This should reap a three-year saving of £0.421m, which I think we can all agree is needed, looking at that balance. At the March Board, they previously agreed to pay the full three year deregulated pension fund deficit in advance, which also came with a discount.
I note from p36, the appendices to this report, that the budget for the Mental Health Commission is slightly overspent. We could probably do with the £7m Government promised us in the Midlands Engine Strategy, non? Look it up — p15 of the linked document.
This is also worth seeing — a neat summary of investment programmes that the WMCA has or will undertake, also from the appendices (p40):
Joint response — Government Consultation Business Rates Retention
The WMCA Board is being asked to endorse the collective response that the WMCA and the seven metropolitan authorities have made to the Business Rates Retention consultation — which is available to read as part of the papers. There is interesting potential here, from an economic perspective, but it is fair to say that this is a bit of a nightmare.
Participation in this is worth over £10m to Birmingham, so it is rather important that this works out — otherwise, we will be making yet more cuts to things that people need and cherish. The delay (which I think is meant to say 2019, not 2029, p42) is troubling, and due in no small part to this bloody election we are all embroiled in. Just one of the reasons why the notion that this is a ‘pro-business’ Government is laughable. The ability to conduct robust financial planning is the bread and butter of business, why treat local government any differently?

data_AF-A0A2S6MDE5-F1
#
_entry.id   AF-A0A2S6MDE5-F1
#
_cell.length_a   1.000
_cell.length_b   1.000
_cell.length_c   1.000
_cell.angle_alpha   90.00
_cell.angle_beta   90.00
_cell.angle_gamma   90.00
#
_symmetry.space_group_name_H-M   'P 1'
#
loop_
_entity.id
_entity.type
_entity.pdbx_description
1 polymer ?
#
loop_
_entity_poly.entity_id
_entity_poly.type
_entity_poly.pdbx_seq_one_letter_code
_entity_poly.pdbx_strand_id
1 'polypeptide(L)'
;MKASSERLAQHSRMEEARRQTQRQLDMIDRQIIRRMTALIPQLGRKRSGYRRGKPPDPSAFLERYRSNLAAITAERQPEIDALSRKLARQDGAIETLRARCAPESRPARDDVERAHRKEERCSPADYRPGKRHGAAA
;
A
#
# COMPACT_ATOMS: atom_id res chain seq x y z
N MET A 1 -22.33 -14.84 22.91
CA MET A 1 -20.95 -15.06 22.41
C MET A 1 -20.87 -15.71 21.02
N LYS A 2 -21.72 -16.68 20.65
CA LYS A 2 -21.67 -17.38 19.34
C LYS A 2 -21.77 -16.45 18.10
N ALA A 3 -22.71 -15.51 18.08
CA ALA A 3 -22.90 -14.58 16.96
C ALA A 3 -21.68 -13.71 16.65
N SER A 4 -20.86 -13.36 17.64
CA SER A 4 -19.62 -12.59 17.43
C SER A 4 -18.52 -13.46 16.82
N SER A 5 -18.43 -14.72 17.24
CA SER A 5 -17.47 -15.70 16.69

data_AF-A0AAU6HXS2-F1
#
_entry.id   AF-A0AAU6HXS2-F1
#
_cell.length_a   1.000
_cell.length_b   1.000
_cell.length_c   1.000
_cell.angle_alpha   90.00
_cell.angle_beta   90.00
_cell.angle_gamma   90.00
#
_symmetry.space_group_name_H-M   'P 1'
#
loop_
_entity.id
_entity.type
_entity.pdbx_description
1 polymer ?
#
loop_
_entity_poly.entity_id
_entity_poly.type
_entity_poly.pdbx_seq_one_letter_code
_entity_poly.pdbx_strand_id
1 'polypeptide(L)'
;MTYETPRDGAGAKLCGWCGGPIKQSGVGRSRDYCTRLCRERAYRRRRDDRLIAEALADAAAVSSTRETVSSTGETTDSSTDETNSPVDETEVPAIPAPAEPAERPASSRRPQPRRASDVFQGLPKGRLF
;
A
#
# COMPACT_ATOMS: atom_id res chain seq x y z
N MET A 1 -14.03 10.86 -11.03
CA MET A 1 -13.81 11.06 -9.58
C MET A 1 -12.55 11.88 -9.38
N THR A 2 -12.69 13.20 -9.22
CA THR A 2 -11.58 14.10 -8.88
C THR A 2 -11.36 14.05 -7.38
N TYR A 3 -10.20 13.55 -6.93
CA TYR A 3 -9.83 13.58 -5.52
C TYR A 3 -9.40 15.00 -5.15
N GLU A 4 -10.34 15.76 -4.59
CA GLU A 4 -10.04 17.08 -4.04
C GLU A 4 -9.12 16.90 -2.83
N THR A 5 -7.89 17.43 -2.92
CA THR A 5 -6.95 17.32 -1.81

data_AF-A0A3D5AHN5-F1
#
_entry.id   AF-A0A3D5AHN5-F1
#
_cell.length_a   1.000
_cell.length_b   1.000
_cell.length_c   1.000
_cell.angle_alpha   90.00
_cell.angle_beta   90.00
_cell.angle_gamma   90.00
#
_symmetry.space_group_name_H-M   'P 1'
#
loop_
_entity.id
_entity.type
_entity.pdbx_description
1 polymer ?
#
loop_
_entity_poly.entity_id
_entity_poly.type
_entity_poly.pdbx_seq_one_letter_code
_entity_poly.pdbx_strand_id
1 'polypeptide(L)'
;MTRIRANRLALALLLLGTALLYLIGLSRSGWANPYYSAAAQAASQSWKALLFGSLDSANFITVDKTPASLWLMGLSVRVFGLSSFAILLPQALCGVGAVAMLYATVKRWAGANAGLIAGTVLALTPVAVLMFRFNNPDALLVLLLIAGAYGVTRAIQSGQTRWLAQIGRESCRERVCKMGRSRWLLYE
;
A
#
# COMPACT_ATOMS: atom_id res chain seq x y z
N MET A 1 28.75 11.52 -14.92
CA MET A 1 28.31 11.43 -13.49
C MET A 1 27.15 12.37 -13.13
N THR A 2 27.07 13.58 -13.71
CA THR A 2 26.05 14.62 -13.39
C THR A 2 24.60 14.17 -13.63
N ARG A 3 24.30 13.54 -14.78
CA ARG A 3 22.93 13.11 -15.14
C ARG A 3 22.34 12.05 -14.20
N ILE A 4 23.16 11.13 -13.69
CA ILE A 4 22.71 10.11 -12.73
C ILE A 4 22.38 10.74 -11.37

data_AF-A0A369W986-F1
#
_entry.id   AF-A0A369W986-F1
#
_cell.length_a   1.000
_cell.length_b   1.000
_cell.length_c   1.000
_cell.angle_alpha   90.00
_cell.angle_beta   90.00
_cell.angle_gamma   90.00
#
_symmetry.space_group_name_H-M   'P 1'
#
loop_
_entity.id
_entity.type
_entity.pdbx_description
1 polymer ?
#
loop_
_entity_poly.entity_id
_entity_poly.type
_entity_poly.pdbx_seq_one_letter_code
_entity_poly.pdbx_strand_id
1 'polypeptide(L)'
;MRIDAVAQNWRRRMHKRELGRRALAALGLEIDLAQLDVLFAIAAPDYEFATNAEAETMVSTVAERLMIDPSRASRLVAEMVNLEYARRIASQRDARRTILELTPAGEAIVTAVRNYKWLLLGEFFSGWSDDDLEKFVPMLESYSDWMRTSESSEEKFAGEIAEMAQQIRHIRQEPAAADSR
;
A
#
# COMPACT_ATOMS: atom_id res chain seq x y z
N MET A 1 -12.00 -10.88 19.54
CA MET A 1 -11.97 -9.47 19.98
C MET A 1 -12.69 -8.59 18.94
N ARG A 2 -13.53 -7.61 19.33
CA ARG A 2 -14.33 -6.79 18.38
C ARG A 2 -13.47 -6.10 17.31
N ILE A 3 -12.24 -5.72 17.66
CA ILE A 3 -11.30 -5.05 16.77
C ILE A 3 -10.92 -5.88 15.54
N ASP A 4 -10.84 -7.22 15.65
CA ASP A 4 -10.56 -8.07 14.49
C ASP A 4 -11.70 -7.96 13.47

Collective Investment Fund Update
This is interesting, and a bit worrying — what was formerly a £70m investment fund is now £60m, as Sandwell has now backed out (p49). This means, until such a time as the WMCA can borrow for itself, CIF investment cannot occur in Sandwell.
Treasury Management Out-turn 2016 / 2017
Worth noting that no borrowing occurred in 2016/17, despite a theoretical need of £10.6m. Bear in mind that a lot of what the WMCA does, its investment potential of £8bn, will be substantially funded by borrowing based on the gainshare revenue in future years.
Productivity & Skills Portfolio Update
This is a useful refresher on the skills elements of the devolution deal, as well as the aims of the associated Skills & Productivity Commission, which is currently gathering evidence:
The Adult Education Budget is estimated to be in the region of £100m, and only applies to the Constituent areas of the WMCA (i.e. the seven metropolitan authorities). I don’t think this makes a lot of sense really, given the ‘economic containment’ of the whole area, but applying logic to devolution in this country will only make us all miserable, so let’s have that fight another day.
The thrust of the papers is that the timescales for this are slipping — partly, again, because of the General Election, but not wholly. The Department for Education has been dragging its heels on key responses, another indicator that the enthusiasm for devolution is currently contained within the Department for Business, Energy and Industrial Strategy. Or wherever Greg Clark happens to be at the time.
It’s a shame, because some good collaborative working has emerged around this agenda (e.g. p67):